Canada wins U.S. trade fight over meat labelling
WTO rules against U.S. country-of-origin labelling requirements
Canadian livestock producers celebrated victory Friday in a hard-fought battle over food labelling requirements imposed by the U.S. in 2008.
The federal government argued before the World Trade Organization that American "country of origin" labelling rules (COOL) actually worked to the detriment of the meat industry on both sides of the border by increasing costs, lowering processing efficiency and otherwise distorting trade across the Canada-U.S. border.
Agriculture Minister Gerry Ritz and Trade Minister Ed Fast announced the WTO had ruled in Canada's favour at a news conference on a ranch near Airdie, Alta. on Friday morning.
Ritz called the ruling a "clear win," and a "very vital first step on the road to recovery" after a difficult few years for the Canadian livestock industry.
At the time the U.S. labelling rules came into force, the beef industry was just starting to recover from its losses after the border was closed to beef cattle when a case of bovine spongiform encephalopathy (BSE) was discovered in Canada in 2003.
Prices in the pork industry were further strained by consumer panic over the 2009 H1N1 "swine flu" epidemic.
The agriculture minister said that from 2008 to 2009, Canadian feeder cattle exports declined a "staggering" 49 per cent. Slaughter hog exports also declined an "overwhelming" 58 per cent, the minister noted.
"As our economies continued to gather strength following the global recession, COOL was a step in the wrong direction," Fast said at the news conference.
"We can now work with our American partners to turn this around and put our livestock industry back on a track to create more jobs and prosperity."
Ruling applies to other commodities
In addition to cattle and hogs, the ruling applies to lambs, goats, chickens and other commodities that were subject to the strict labelling regime in the U.S. It does not strike the entire labelling system, but applies only to the aspects that discriminate against Canadian agricultural commodities.
Mexico joined Canada in arguing the case at the WTO.
The livestock sector is heavily integrated across the Canada-U.S. border, with many live animals shipped from Canada to processing facilities in the U.S. for slaughter.
When COOL was implemented in 2008, processors had to segregate Canadian animals, process them only on clean or separate lines, and package and label the meat separately from that which came from an identical animal born in the U.S.
The additional costs hurt primarily livestock farmers in Canada.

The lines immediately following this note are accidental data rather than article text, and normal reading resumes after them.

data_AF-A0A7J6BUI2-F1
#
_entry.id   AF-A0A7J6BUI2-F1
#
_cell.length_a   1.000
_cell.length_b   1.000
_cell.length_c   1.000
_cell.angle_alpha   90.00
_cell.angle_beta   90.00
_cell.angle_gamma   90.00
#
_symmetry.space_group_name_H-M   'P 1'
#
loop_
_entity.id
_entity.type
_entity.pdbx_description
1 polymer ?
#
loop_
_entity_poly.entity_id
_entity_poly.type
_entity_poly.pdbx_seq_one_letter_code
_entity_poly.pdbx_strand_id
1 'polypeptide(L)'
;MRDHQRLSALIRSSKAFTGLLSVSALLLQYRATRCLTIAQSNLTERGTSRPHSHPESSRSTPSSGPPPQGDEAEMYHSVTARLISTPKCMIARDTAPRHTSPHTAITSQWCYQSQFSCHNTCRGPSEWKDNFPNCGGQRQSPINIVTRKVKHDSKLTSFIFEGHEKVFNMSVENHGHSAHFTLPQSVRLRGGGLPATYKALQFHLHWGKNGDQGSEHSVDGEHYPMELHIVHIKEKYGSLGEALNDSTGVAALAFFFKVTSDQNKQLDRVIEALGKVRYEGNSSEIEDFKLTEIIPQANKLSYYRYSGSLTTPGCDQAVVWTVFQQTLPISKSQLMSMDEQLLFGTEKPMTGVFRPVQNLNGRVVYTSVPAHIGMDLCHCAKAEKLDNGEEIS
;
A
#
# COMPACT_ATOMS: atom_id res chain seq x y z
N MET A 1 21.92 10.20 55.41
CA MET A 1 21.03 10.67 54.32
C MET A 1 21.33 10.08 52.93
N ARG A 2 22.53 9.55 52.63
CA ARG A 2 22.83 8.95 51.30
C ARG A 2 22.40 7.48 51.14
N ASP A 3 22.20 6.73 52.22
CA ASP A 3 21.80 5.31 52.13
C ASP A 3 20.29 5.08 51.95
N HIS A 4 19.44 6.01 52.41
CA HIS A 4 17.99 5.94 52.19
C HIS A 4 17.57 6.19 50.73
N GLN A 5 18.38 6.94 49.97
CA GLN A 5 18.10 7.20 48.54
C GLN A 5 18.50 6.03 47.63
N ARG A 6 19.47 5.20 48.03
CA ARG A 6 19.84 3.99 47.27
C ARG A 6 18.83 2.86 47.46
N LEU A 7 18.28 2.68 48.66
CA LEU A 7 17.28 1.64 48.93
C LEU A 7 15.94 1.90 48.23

"Some processors have simply refused to buy Canadian animals, while others are only willing to buy on certain days or at a deeply discounted price," Ritz noted, lamenting the decline in efficiency and increase in operating costs on both sides of the border under the American rules.
Some American meat packers and processors sided with Canada in the dispute, noting the negative impact on the integrated North American industry as a whole.
"This has been a long road for us in the industry," said Travis Toews, the president of the Canadian Cattlemen's Association. "We're extremely pleased."
Toews said that the COOL requirements cost the Canadian beef industry "hundreds of millions of dollars in reduced prices and increased transportation and handling costs." Canadian cattle prices declined by about $100 per animal.
"People and families have gone out of business solely because of this rule," said Jurgen Preugschas, the president of the Canadian Pork Council. "We have lost over five million hogs as live exports into the U.S." he said, noting that Ontario and Manitoba producers were the most seriously affected.
"Those are families, those are homes, those are employees that have lost their jobs," Preugschas said.
U.S. may appeal
Although the ruling was unanimous on all points in the case, the Americans have 60 days to file an appeal.
WTO rulings do not assess compensation or penalties. Minister Ritz said that he hopes a negotiated settlement can be reached with the Americans to implement the decision.
During question period in the House of Commons on Friday, Liberal trade critic Wayne Easter suggested this dispute has cost livestock producers some $5 billion and called on the government to negotiate a compensation deal for farmers.
Ritz said the American decision to implement COOL had nothing to do with food safety. "It was more about making sure that the American supply of beef fed into their value chain before any outside systems did," the minister said, noting that Canada's beef industry is actually ahead of American producers in implementing systems to trace animals through to their final markets.
"A lot of commodities were caught beyond Canadian beef and pork," Ritz said. "We're collateral damage."
As a consequence of this trade dispute with the U.S., both ministers noted Canada's recent efforts to diversify markets for Canadian meats around the world, particularly in Asia.
"We have learned some lessons that too many eggs in one basket are not always good," Ritz said.